It is unbelievable that in 2021, a convicted felon with an impressive criminal record and several prison sentences can still get hired as a cleaner in the home of Israel’s defense minister.

It is astonishing that it did not occur to those in charge of security to do a background check on an individual who would regularly come into close contact with one of the most protected leaders in Israel.

In this aspect alone, Omri Goren has done a great favor to Israel and its security services: he revealed their failure free of charge and without severe consequences. It is not hard to imagine how much damage could have been caused had information from the defense minister’s home—classified material and recorded conversations—been shared with Israel’s enemies.

As for Goren, there is nothing to discuss. Anyone who offers to spy for Iran should be imprisoned. And it doesn’t matter that Goren failed. The act itself warrants severe punishment, including for the sake of deterrence. Anyone who entertains the idea of spying on Israel should know that a lengthy prison sentence awaits him should he choose to do so.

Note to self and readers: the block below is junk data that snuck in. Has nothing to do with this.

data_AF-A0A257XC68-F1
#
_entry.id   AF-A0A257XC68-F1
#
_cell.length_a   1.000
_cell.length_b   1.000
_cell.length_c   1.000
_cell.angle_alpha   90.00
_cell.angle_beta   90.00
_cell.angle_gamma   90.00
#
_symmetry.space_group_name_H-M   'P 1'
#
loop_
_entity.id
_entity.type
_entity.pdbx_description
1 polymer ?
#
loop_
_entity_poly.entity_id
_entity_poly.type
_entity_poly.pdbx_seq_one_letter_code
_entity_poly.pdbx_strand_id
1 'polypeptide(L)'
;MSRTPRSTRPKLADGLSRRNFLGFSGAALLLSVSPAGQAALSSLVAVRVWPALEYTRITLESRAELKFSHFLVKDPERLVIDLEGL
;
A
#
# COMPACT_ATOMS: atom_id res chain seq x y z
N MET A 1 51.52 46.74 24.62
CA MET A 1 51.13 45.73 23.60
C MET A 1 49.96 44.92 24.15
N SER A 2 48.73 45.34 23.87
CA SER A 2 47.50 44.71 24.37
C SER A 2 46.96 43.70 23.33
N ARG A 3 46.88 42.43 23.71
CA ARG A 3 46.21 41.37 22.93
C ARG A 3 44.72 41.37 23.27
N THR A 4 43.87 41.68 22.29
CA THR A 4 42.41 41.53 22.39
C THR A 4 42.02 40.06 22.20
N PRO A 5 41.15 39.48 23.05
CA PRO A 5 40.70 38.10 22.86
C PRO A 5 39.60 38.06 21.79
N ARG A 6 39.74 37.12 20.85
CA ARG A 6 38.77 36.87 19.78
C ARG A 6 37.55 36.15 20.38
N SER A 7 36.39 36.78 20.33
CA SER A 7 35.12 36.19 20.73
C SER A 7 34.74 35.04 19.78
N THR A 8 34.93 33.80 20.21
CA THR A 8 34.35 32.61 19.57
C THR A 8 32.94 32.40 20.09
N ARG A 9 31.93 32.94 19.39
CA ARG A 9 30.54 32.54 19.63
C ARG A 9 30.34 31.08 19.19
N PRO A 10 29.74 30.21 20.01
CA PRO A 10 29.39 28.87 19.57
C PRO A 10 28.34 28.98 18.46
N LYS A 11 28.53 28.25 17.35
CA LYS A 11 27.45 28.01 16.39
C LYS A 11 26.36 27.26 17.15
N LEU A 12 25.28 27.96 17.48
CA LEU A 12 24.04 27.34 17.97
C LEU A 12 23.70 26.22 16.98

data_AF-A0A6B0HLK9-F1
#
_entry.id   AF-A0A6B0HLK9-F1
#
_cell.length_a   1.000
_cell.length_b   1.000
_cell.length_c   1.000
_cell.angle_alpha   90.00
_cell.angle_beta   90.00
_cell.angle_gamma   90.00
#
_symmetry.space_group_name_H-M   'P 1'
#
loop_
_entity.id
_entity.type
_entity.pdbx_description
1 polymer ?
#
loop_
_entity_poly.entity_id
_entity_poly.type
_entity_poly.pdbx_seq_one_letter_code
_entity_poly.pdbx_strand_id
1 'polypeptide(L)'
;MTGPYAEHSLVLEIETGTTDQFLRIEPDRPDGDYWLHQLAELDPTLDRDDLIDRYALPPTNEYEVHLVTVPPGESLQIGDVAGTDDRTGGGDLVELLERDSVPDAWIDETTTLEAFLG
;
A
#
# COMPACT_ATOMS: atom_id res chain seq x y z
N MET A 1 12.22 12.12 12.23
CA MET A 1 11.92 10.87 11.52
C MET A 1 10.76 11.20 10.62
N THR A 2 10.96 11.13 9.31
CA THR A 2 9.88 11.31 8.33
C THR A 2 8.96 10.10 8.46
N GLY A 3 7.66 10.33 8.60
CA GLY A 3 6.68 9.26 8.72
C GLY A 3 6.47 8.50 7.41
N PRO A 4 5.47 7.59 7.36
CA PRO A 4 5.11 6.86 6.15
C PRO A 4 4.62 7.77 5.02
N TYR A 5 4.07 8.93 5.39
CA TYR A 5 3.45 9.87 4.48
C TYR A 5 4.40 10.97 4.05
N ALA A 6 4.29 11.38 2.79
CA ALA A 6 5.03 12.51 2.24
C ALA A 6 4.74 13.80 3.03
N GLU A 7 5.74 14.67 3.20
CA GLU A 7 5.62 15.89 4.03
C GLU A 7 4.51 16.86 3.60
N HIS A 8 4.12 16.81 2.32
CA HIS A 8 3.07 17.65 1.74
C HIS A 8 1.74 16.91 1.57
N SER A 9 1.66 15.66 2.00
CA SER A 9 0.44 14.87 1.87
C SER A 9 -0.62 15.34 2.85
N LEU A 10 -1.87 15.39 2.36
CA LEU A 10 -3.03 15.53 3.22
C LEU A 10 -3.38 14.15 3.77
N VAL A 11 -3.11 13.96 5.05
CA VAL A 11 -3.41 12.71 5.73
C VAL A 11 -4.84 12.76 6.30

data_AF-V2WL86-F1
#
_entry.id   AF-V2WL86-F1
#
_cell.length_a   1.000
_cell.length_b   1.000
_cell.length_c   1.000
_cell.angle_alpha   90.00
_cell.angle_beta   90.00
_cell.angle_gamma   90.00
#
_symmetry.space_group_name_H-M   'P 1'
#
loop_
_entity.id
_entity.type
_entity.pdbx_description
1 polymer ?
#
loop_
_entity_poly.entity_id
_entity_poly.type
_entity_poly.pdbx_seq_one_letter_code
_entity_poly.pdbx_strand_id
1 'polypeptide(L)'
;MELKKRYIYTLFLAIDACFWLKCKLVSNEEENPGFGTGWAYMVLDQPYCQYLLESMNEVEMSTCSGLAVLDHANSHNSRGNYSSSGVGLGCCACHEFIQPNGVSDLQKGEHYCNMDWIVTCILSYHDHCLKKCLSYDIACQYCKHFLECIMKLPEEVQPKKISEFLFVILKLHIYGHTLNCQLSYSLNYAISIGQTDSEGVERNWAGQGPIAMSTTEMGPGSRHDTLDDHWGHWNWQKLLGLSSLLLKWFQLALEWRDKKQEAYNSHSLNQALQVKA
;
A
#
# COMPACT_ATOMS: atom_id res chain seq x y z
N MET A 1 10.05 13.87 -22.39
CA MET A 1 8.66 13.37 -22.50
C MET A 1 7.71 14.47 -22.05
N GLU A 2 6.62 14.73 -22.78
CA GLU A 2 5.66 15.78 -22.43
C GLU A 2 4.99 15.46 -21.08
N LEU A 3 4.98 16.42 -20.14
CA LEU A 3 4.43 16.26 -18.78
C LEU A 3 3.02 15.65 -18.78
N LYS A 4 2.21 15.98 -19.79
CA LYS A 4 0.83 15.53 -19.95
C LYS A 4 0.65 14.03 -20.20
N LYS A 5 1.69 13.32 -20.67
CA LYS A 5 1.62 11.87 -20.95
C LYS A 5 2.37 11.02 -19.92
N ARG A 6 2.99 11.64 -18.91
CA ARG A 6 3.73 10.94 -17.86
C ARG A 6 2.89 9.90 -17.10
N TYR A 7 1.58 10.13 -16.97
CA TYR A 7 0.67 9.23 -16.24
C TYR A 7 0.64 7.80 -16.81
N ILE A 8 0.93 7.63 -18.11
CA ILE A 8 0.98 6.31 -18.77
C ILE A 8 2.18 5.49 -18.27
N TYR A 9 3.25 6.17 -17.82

Gantz was assigned special security, at a cost of millions of shekels. It seemingly included everything: fences, checkpoints, cameras, security guards. The only thing that was missing was background checks on individuals roaming free around his house.

This incident is serious and should not be taken lightly. It warrants a thorough investigation by the Israel Security Agency (which has already begun), but also demands accountability. Interrogators should treat the incident as if damage was done, and in the process, check existing weaknesses in the security system.

Israel has had its fair share of spies and assassinations. It was supposed to bring about more alertness than ever. The fact that this did not happen is alarming, certainly in light of Iranian efforts to harm Israeli officials.

This time, no one was hurt. Next time, who knows.

Yoav Limor is a veteran Israeli journalist and columnist for Israel Hayom.

This article first appeared in Israel Hayom.


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